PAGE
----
So you’ve left your revision to the month, week or day before your exam. Don’t throw the towel in yet, as it’s always possible to learn something in whatever time you have available. Don’t fixate on what you can’t do, focus on what you can do.
2. Avoid Distractions
Time is ticking, you’re ready to focus on what you can do. Now, find a quiet and tidy place to work and put your phone / smart watch and any other distracting devices in another room, so you aren’t tempted to have a quick look on Instagram, Tik Tok etc etc.
3. Use The Exam Specification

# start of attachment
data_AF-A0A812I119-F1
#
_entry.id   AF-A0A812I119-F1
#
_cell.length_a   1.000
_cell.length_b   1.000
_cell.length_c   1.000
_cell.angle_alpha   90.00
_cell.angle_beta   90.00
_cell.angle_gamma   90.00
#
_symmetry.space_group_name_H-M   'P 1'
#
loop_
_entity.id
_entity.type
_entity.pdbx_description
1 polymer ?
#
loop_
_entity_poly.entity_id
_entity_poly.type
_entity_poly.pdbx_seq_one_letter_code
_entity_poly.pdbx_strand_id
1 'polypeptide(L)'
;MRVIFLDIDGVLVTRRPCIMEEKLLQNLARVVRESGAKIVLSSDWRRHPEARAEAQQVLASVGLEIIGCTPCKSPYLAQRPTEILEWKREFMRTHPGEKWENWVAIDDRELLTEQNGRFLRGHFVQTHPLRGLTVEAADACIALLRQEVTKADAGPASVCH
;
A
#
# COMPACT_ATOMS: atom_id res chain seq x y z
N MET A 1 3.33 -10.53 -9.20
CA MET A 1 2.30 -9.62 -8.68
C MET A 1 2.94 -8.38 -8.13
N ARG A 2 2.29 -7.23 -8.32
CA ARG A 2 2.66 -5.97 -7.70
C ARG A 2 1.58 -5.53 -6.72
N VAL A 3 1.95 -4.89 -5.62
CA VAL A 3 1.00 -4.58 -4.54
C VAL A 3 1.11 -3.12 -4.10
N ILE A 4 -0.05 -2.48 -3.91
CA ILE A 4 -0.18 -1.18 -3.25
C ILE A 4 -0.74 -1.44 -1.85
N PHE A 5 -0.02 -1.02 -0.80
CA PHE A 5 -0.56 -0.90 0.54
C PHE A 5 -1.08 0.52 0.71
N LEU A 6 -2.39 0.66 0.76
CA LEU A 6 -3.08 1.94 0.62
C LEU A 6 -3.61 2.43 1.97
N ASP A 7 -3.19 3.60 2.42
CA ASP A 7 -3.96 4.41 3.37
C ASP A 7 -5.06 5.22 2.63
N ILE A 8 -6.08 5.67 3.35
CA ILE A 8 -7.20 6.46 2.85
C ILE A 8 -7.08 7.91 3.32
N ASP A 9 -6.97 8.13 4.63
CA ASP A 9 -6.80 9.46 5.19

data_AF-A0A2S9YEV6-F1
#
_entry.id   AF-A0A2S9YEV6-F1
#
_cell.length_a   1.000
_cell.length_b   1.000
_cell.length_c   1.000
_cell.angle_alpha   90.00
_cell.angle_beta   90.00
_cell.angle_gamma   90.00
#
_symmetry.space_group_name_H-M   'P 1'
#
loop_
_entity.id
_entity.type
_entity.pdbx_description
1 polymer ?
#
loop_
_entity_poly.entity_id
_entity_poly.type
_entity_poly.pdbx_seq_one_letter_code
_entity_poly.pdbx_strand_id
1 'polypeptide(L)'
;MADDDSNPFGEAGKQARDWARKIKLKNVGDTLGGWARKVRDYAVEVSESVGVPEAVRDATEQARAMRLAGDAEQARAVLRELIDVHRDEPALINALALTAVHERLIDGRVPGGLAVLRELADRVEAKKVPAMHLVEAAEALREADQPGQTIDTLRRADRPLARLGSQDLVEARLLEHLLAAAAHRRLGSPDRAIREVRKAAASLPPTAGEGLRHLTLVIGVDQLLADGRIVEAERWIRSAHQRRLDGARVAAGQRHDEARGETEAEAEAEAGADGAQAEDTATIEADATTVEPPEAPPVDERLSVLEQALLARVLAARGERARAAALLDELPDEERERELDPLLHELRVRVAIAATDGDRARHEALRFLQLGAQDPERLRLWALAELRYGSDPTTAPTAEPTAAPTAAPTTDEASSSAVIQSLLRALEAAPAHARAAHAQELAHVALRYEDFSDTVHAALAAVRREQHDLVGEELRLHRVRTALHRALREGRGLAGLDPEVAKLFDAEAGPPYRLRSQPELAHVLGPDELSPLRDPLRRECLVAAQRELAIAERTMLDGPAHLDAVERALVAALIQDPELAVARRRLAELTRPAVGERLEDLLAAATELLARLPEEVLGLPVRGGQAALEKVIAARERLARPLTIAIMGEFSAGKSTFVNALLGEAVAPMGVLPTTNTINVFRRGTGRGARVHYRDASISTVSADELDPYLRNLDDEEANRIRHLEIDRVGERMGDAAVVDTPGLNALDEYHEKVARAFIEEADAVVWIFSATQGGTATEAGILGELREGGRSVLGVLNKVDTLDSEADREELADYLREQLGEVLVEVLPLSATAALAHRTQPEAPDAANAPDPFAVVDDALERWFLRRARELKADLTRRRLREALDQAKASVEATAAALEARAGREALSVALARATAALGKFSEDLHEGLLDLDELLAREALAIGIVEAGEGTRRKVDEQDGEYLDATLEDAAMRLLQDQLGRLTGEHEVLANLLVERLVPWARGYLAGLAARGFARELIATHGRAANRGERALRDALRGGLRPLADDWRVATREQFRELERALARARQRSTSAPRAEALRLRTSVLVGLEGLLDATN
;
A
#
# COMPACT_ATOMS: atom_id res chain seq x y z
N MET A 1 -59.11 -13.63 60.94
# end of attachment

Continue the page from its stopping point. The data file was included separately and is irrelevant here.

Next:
a) Download a copy of your exam specification on to your laptop / PC
You can usually find it by typing in your exam board, course name and level + specification into Google. This document is your friend and has most of the information you need to succeed. But, don’t worry, you don’t have to read every page!
These are the current specifications for AQA Language GCSEs (current in March 2020). You might be using another exam board so check with your teachers if you are unsure to find the right one for your language revision.
b) Identify The Important Topic Components
…by creating a rough plan of the topics you need to cover. You can do this by checking your course’s specification for ‘subject content’ and finding the themes/topics you need to cover. For AQA French GCSE, this can be found on pages 9 and 10 of the 2016 specification.
c) Understand and Highlight The Assessment Objectives and Criteria